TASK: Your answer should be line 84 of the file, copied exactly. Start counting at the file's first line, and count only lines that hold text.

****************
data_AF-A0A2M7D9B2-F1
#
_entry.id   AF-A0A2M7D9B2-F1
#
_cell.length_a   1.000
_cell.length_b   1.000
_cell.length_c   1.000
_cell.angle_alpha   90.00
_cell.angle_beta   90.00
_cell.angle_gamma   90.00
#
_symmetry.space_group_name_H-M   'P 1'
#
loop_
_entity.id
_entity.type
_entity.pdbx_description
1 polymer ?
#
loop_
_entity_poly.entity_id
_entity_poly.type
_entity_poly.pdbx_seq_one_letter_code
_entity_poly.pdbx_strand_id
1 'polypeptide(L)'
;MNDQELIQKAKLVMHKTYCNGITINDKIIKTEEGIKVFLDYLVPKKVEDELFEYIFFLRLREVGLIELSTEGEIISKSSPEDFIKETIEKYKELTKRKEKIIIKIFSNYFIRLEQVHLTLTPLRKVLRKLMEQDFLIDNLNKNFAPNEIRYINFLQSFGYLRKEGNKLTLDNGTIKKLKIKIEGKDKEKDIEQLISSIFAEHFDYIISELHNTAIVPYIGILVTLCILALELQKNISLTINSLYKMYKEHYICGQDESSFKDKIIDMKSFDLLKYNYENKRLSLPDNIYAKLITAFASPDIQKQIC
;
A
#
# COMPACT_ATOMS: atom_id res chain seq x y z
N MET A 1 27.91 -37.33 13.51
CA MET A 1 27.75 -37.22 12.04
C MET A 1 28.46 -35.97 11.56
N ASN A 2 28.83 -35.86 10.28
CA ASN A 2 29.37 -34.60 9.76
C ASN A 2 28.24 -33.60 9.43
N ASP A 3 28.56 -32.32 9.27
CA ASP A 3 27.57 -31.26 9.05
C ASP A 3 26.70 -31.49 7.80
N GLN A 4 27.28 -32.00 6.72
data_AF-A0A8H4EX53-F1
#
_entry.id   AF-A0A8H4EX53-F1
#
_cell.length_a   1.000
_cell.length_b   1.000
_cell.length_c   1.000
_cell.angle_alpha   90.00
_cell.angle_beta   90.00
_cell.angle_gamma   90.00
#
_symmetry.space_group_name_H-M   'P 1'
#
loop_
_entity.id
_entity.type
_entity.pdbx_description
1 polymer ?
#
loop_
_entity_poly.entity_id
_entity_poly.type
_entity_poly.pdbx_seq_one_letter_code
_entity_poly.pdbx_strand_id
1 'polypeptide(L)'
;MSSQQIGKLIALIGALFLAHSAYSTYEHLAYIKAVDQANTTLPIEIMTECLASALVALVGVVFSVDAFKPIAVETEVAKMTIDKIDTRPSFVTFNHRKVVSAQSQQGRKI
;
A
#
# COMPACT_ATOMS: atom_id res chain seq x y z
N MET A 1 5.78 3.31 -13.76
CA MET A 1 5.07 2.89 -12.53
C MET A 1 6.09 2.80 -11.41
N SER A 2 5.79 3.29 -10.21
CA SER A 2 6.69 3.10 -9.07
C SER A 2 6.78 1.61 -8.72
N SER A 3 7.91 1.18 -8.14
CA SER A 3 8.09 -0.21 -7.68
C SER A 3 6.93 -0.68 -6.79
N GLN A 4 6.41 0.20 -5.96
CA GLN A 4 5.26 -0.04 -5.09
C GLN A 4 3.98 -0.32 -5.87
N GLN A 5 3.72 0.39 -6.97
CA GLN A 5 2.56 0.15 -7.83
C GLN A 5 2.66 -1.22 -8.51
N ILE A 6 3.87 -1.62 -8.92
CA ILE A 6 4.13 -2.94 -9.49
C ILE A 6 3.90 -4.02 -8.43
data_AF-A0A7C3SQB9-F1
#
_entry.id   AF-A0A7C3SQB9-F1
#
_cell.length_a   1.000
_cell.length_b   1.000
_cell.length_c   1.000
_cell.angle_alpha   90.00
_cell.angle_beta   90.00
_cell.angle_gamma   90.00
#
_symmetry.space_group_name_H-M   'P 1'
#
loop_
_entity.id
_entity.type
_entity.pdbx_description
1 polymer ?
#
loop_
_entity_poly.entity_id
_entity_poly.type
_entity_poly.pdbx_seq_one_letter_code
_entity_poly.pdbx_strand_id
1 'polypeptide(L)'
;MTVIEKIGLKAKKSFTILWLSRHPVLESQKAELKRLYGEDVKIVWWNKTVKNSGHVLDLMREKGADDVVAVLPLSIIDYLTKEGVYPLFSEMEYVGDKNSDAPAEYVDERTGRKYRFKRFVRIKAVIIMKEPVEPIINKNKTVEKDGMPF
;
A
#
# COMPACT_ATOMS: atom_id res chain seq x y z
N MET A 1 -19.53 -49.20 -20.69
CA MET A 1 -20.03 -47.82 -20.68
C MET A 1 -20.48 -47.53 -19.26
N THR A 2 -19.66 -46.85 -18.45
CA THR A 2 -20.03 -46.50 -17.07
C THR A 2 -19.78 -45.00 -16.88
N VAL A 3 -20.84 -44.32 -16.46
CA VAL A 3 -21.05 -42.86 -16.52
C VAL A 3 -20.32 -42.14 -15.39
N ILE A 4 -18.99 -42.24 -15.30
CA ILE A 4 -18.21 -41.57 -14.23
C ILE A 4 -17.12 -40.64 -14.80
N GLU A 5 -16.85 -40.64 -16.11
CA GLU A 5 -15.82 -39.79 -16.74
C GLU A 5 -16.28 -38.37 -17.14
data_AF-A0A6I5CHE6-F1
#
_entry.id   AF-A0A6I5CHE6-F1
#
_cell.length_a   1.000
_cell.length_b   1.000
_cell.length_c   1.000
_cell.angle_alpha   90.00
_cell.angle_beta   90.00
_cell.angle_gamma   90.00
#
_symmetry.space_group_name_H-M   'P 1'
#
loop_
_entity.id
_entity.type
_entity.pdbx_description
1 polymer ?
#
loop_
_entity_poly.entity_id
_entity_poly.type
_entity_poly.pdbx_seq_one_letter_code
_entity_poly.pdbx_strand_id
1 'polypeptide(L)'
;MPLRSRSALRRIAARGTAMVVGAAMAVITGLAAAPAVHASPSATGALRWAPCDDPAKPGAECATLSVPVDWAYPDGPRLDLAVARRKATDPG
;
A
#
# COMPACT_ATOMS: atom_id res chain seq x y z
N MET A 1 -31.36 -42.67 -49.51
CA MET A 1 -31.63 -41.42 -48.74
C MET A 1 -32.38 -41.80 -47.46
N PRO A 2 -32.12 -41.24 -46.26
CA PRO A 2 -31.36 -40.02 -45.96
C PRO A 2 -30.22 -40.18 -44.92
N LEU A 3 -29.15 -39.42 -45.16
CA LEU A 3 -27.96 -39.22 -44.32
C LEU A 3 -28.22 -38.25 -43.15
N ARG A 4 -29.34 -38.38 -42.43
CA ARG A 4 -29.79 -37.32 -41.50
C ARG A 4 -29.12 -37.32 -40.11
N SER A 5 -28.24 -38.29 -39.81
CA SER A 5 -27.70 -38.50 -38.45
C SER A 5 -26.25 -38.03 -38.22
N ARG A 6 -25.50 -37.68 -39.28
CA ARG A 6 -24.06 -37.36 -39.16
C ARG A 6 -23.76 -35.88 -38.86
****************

CA GLN A 5 2.56 0.15 -7.83